Hmmm...


  • TrentGrad

    Posts: 1541

    Apr 16, 2011 7:42 PM GMT
    jprichva saidDo y'all have elections and everything up there? That's so sweet!
    I thought you all just chose, you know, like tribal leaders or something.
    I just adore your little country.


    Reading this, my first thought was, I wanted to bitch slap you.

    But damn you, that handsome photo of yours worked on me again! :p

    icon_lol.gif
  • TrentGrad

    Posts: 1541

    Apr 16, 2011 7:44 PM GMT
    roadbikeRob saidBest of luck to the people of Canada in your next national election. Choose who you all think are the best candidates to lead your country. It is none of my damn business so I am not going to influence any of you or tell you who to vote for.


    Interpretation: there are too many Canadians who talk about American politics...so I'm going to come on here and tell y'all to mind your own damn business, but I'll work the phrasing so that it seems like I'm being thoughtful!

    icon_rolleyes.gif
  • Posted by a hidden member.
    Log in to view his profile

    Apr 16, 2011 7:46 PM GMT
    jprichva saidDo y'all have elections and everything up there? That's so sweet!
    I thought you all just chose, you know, like tribal leaders or something.
    I just adore your little country.

    yup and the tribe voted to cut off your oil and water.

    Kiss kiss.

    we are sweet, aren't we?

  • TrentGrad

    Posts: 1541

    Apr 16, 2011 7:51 PM GMT
    thecanadianone saidi would agree with the guy who said earlier that majority govt is actually quite detrimental to the canadian deliberative democratic process. minority govt helps to keep PMs in line and it forces them to compromise. i would be perfectly happy with either a conservative or liberal minority in the outcome of this election.


    Did you pay attention to when, in this most recent House, the other three parties passed a motion to force Canada to live up to it's Kyoto commitments? Before I proceed, let me say I disagreed with the motion mainly because I disagree with Kyoto...but I digress.

    In our House of Commons, the most vital national democratic institution that forms laws, the majority of sitting MP's passed the resolution to require Canada to live up to Kyoto commitments.

    And the Conservatives...ignored it! They ignored it...THEY IGNORED IT!

    Likewise, when it came to the end of Canada's Afghan mission, the other three parties wanted all Canadians removed from Afghanistan...but Harper decided to extend the mission, merely re-christening it for "training purposes.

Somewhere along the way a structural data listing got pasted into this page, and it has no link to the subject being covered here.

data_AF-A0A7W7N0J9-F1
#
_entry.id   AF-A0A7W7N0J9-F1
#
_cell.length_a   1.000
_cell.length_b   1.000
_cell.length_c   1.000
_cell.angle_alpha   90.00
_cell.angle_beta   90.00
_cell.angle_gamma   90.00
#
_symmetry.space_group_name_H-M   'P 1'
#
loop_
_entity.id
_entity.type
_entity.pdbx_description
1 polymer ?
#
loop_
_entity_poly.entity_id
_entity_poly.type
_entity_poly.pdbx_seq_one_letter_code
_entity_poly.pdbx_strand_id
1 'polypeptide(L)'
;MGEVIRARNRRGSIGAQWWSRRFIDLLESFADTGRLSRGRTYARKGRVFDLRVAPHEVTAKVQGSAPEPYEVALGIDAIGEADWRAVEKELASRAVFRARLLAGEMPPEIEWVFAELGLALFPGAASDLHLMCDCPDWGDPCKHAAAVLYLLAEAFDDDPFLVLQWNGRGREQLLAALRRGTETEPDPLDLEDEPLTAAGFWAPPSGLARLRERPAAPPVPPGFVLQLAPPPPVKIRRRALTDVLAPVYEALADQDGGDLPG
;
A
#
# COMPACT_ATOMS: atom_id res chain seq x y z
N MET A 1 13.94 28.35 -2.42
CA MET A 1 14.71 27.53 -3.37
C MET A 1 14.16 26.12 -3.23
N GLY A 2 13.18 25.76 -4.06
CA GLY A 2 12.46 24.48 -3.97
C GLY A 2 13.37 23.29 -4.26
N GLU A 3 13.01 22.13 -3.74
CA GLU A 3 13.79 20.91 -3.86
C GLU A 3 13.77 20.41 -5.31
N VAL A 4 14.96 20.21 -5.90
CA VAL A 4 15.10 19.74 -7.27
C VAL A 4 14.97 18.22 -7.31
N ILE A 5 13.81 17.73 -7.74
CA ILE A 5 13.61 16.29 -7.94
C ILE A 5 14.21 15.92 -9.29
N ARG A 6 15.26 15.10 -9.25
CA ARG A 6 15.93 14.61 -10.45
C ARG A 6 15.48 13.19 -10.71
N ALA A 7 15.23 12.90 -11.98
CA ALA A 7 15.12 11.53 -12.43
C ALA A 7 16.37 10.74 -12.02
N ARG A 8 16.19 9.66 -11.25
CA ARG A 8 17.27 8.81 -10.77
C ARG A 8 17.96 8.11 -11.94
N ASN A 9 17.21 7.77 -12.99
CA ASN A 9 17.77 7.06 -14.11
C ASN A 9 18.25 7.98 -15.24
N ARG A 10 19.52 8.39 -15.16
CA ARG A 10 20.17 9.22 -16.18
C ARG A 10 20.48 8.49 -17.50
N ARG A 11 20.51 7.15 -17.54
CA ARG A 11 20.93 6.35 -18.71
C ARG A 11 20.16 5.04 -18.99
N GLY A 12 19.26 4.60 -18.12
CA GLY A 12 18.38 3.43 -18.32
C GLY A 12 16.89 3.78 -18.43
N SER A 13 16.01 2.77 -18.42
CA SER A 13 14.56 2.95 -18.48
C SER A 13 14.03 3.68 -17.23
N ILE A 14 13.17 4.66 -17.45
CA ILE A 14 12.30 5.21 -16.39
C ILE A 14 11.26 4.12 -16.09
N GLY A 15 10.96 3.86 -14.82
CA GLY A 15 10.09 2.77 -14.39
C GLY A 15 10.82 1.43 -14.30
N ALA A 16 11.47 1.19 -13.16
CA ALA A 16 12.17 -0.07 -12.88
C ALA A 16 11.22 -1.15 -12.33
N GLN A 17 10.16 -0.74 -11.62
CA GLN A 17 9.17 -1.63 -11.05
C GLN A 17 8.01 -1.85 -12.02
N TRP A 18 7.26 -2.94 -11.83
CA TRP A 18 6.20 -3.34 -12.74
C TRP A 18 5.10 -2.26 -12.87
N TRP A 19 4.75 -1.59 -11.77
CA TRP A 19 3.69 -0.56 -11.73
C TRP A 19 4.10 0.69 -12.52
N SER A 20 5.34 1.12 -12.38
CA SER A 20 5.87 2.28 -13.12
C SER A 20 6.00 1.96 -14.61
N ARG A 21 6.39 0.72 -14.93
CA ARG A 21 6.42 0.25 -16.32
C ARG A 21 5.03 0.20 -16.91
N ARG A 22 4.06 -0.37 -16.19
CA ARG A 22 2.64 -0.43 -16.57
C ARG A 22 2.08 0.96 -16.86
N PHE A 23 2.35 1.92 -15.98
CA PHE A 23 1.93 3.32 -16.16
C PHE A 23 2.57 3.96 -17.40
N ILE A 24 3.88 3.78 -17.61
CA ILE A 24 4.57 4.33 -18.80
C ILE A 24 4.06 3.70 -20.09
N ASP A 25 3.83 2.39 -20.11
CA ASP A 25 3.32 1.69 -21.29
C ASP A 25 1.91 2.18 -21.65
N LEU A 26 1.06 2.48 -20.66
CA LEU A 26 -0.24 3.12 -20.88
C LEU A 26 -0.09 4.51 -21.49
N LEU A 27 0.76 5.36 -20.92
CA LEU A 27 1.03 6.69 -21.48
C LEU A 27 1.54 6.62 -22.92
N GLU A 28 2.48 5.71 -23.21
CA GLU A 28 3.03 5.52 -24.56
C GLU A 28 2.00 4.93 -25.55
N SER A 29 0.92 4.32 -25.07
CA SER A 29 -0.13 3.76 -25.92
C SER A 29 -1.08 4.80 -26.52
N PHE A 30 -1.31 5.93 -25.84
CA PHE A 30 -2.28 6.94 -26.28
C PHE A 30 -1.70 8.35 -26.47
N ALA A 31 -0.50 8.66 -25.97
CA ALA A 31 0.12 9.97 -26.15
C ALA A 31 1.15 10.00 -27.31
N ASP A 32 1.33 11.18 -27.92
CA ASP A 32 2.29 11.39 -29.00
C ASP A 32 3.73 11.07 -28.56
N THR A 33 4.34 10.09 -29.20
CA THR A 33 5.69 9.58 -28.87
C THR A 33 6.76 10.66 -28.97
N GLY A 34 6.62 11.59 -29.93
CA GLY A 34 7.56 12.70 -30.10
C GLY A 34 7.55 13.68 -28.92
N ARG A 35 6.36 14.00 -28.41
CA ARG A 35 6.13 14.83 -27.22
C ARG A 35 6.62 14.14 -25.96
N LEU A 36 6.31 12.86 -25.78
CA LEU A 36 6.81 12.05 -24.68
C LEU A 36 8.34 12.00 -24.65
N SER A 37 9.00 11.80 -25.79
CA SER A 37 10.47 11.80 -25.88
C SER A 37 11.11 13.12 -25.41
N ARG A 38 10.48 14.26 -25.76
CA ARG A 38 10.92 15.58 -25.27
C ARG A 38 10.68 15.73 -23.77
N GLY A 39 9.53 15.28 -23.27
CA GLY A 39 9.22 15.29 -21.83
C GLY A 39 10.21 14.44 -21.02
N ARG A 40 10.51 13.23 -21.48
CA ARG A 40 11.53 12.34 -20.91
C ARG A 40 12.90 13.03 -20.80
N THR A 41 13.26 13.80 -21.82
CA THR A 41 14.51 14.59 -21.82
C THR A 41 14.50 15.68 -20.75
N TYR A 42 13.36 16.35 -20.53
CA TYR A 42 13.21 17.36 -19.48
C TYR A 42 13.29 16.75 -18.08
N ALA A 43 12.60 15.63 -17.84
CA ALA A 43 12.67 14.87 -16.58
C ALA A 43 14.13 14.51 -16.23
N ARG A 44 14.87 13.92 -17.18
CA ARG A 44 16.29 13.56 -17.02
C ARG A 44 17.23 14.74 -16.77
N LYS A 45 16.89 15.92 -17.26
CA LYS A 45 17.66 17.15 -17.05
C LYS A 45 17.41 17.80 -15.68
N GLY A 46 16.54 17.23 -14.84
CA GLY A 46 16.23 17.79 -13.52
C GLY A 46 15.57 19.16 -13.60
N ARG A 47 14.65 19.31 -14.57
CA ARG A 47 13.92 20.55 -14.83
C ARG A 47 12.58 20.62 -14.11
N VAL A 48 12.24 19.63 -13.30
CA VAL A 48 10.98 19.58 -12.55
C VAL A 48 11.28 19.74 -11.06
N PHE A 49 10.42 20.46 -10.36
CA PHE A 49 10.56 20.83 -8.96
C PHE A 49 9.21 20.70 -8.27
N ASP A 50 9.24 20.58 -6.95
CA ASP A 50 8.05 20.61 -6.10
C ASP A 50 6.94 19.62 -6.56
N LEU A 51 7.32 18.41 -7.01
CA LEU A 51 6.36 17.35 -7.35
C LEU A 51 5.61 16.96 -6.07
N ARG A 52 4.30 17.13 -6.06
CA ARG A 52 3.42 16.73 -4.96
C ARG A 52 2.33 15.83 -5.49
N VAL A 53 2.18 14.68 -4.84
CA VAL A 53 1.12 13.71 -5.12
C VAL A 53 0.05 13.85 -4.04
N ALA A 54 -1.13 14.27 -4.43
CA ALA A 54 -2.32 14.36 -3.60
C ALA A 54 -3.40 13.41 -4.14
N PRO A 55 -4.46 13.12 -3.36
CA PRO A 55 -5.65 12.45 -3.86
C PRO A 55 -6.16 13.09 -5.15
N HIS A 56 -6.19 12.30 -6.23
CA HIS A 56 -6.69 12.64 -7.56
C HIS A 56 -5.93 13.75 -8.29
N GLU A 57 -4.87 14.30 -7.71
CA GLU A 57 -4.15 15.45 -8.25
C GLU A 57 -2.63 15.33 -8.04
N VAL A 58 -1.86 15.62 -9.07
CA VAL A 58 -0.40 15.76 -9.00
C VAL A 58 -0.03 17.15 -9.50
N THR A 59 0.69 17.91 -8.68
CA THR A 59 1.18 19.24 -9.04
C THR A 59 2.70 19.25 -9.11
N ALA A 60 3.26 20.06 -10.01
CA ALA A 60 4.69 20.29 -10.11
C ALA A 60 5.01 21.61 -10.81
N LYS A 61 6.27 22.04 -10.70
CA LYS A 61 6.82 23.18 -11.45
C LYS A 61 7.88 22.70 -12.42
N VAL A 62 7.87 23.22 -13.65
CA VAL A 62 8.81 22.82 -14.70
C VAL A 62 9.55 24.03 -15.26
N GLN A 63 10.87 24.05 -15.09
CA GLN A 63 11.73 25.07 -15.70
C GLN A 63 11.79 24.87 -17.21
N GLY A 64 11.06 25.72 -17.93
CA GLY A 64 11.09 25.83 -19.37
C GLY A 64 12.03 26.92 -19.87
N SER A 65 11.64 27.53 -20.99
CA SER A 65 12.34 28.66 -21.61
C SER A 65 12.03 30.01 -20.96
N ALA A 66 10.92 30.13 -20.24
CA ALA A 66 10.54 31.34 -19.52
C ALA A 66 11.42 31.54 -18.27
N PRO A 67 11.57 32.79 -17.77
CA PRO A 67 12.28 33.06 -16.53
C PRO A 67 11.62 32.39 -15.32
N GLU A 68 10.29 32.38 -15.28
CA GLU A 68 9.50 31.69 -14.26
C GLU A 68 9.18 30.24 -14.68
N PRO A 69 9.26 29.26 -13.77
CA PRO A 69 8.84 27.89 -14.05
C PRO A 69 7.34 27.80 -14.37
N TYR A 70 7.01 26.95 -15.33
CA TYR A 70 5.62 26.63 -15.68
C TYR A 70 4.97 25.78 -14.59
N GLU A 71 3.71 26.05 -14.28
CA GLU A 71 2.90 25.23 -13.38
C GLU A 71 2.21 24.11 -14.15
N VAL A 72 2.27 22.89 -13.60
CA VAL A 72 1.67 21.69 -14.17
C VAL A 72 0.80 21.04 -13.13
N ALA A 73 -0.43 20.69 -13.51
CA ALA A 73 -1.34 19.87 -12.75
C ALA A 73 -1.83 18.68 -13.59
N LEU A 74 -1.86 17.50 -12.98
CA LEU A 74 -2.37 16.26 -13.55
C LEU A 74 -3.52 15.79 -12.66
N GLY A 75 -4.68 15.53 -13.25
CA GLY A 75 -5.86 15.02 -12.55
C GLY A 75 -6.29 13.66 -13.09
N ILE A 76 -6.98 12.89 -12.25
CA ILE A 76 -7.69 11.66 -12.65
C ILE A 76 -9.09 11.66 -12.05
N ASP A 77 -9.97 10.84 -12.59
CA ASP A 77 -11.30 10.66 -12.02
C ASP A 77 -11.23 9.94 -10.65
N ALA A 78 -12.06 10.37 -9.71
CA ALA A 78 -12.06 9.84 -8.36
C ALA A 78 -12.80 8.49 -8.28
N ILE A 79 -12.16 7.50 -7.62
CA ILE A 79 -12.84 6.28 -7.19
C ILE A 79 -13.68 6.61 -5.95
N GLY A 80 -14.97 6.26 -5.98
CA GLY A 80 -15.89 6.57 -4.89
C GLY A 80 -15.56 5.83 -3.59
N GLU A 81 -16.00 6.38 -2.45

You don't have to hate the Conservatives or support everything the other parties do to see that Democracy has taken a MAJOR step back since Harper's been in office!!!
  • roadbikeRob

    Posts: 14372

    Apr 16, 2011 9:05 PM GMT
    jprichva if anyone is crazy on here, it is you. You have no legitimate right calling me crazy pal. You need to look at yourself in the mirror before criticizing others.
  • Posted by a hidden member.
    Log in to view his profile

    Apr 16, 2011 9:14 PM GMT
    So what are the burning issues in this election?
  • Posted by a hidden member.
    Log in to view his profile

    Apr 16, 2011 9:25 PM GMT
    Caslon18000 saidSo what are the burning issues in this election?



    Well that depends, the burning of coal? They never discussed laws around burning in the debate.

    icon_wink.gif

    icon_lol.gif
  • Posted by a hidden member.
    Log in to view his profile

    Apr 16, 2011 11:21 PM GMT
    Caslon18000 saidSo what are the burning issues in this election?


    What they're promising

    Conservatives
    Allow couples with children under 18 to split up to $50,000 in income to pay less tax, but only once the federal books are balanced.
    Provide financial support, such as loan guarantees, for the Lower Churchill hydro mega-project in Labrador.
    End the long-gun registry.
    Liberals Introduce grants for post-secondary students of $1,000 a year over four years, $1,500 a year for lower-income students, at cost of $1 billion a year.
    Expand CPP benefits, allowing people to voluntarily save an additional five to 10 per cent of their income in a CPP-backed fund, and boost the guaranteed income supplement by $700 million a year.
    Create a $1-billion family care plan to let people take time off work to care for seriously ill or aging relatives.
    New Democrats
    Cap credit card interest rates at five percentage points above prime, and limit transaction fees retailers are forced to pay credit card companies, saving a typical card holder an average of about $60 a month.
    Cancel $2 billion in government subsidies for oilsands, and put the money toward clean energy.
    Invest $165 million to train and recruit 1,200 doctors and 6,000 nurses over the next 10 years. Lure back 300 Canadian doctors living abroad.
    Greens
    Reduce the federal deficit by $10.7 billion over three years.
    Spend $1.6billion over three years on home energy retrofit grants.
    Legalize and tax marijuana to bring in $2.5 billion over three years.
    Source: The Canadian Press